specially forced to brighten the houses in the most stingy period of blooms, they are the joy of many aficionados. After flowering, which usually lasts about a week, cut off the withered stem at the base and moderately wet the earth until the leaves remain green and continue to perform photosynthesis. For those who raise plants in the apartment, green foliage can also be of interest and be very decorative.

      DO NOT CUT THE LEAVES .

      It is the phase in which the bulb receives the nutrients useful for its growth, let the leaves complete their life cycle until they begin to yellow. About two months after the end of flowering, when they are completely dry, cut them and remove the bulb from the earth before placing it in a paper bag and placing it in a cardboard box to be placed in a dark and well-ventilated place until it is time to put it. planted from late summer to autumn. If you have a garden or a terrace, you can plant the bulbs in a hole or in a pot on the bottom of which you have placed a draining layer, containing good soil mixed with sand. Plant only healthy bulbs that are firm to the touch, as they are forced plants, they will hardly be able to give new flowers the following spring as they must first have time to regain more natural growth rates.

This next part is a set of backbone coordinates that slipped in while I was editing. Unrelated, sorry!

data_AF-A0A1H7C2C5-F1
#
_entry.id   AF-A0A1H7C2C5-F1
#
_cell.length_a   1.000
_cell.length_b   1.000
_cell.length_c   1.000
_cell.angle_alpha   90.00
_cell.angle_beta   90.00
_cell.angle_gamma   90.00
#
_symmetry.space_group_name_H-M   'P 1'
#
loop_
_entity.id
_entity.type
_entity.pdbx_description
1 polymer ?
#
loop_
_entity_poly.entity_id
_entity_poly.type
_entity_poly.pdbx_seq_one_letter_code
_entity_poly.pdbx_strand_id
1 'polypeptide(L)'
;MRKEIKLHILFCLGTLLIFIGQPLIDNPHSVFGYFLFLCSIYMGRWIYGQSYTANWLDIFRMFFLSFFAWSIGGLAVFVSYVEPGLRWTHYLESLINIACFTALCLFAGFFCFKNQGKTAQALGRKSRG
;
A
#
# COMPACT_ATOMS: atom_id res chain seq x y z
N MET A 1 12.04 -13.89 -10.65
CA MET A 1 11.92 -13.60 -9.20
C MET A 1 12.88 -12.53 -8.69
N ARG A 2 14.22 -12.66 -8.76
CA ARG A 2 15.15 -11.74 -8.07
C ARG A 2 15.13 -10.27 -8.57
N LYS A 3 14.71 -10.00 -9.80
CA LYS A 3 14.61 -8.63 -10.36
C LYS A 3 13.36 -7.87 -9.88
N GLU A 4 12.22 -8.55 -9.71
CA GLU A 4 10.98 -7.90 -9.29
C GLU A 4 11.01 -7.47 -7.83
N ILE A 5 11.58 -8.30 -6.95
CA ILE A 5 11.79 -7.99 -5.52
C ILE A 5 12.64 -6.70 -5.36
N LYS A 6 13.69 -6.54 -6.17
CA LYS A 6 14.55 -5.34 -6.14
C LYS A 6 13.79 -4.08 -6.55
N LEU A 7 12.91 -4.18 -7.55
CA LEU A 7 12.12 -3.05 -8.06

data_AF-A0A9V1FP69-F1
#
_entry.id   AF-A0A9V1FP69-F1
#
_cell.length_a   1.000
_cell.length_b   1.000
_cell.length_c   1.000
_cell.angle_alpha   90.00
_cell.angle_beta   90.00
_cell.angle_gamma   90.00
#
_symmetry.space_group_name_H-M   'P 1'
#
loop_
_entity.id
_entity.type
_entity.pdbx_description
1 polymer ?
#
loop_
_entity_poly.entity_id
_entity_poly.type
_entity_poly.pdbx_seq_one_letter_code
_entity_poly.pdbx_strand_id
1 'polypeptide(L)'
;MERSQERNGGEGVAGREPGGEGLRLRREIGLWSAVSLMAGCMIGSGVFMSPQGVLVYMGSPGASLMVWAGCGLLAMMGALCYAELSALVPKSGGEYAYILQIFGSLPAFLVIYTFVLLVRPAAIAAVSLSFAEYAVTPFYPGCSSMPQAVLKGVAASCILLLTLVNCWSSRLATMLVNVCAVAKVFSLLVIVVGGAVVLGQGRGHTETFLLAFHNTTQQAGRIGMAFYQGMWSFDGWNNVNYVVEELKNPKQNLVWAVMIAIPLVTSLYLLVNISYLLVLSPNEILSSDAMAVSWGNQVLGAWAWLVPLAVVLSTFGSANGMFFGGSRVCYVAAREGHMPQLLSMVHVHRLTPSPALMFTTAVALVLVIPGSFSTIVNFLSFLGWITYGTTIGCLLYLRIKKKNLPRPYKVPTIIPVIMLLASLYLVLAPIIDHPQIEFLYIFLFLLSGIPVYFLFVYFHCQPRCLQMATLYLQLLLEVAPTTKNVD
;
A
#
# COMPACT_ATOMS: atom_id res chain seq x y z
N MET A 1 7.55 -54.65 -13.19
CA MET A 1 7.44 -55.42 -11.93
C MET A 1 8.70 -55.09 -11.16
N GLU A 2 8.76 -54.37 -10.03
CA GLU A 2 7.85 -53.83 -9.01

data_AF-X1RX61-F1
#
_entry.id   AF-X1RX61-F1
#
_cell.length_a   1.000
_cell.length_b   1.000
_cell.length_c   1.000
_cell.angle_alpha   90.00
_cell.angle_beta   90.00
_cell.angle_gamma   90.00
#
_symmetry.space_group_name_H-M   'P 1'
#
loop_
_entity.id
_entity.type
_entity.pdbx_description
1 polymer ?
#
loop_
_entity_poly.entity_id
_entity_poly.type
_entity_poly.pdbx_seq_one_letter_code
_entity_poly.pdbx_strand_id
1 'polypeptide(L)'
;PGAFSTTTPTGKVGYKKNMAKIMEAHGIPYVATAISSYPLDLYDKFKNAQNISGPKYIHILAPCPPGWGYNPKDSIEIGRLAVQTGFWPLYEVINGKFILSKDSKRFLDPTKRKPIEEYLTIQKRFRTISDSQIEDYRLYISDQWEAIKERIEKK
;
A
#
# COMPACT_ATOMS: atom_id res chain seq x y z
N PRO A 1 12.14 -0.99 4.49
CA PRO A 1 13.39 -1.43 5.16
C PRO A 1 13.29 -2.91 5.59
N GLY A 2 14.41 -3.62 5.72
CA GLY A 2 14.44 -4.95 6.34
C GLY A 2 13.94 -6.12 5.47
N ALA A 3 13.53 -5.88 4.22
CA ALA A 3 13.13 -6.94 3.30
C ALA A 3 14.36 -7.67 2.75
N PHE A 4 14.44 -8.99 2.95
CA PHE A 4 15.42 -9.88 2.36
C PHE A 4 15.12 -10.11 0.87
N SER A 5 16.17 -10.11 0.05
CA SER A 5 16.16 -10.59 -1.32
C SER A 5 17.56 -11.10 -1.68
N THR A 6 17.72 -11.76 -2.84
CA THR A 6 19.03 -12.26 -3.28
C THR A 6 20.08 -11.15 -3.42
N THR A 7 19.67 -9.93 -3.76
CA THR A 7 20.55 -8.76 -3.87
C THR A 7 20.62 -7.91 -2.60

from Vivere Country March 2015

      Apply the same procedure for all the other withered bulbs too!

      The extra idea:

      do not throw away the dry foliage, especially the fine one of muscari and daffodils, it is perfect for making a cozy bed for the eggs of Easter decorations, the period in which they must be cut, in fact, often coincides with Easter!